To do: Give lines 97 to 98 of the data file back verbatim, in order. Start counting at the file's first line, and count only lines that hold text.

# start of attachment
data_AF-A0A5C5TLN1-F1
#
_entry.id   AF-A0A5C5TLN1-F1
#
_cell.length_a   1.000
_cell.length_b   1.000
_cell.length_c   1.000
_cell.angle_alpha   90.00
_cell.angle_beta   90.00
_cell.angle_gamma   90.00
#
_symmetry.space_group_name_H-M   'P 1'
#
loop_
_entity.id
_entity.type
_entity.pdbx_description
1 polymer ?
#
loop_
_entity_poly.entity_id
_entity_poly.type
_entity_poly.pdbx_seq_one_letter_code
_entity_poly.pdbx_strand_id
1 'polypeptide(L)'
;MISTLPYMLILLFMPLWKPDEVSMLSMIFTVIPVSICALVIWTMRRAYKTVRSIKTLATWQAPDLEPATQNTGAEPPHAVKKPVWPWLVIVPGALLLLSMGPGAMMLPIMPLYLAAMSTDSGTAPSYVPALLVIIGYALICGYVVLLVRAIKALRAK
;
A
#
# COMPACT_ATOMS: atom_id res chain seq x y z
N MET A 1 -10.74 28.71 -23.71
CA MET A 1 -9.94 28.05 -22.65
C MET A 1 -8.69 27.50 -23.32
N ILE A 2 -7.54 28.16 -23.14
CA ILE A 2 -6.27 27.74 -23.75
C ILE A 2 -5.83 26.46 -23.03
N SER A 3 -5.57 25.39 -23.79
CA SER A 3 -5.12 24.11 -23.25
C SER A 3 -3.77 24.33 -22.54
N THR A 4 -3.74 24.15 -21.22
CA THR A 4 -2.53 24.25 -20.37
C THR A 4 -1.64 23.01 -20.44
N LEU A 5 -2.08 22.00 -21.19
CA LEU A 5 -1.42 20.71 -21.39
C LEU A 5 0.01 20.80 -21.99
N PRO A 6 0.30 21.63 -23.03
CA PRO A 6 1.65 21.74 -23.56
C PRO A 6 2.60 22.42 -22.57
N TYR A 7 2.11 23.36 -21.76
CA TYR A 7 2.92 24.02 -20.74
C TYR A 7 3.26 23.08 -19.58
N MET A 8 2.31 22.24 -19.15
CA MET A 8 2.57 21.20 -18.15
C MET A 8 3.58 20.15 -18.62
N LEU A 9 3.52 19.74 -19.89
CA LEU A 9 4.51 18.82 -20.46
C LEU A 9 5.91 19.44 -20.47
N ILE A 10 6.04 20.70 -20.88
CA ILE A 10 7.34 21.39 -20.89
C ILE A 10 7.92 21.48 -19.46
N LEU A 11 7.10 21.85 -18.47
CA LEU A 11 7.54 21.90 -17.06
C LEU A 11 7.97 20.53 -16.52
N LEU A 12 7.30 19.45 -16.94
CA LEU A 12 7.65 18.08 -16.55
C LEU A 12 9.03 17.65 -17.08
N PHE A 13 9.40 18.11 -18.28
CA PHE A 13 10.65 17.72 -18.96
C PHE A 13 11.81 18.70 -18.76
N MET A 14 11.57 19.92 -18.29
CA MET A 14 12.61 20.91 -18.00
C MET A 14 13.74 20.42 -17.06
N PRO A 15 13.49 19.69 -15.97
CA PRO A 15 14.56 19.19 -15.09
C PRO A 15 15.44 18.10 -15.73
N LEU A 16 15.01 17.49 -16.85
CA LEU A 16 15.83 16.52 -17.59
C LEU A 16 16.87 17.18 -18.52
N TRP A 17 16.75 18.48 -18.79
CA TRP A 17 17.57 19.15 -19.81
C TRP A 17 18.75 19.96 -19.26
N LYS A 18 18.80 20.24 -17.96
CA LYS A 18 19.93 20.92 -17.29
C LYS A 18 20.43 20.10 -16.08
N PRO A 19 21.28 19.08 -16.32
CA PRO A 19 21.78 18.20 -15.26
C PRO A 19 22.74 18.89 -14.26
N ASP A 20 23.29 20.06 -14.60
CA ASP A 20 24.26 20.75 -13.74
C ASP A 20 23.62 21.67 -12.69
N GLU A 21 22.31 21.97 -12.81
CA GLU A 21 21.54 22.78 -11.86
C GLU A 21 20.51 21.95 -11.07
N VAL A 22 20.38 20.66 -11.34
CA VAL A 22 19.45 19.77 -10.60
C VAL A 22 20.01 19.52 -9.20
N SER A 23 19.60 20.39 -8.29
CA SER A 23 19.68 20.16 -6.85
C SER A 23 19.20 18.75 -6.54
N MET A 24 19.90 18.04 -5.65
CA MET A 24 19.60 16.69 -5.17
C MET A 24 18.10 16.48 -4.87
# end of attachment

N SER A 23 19.60 20.39 -8.29
CA SER A 23 19.68 20.16 -6.85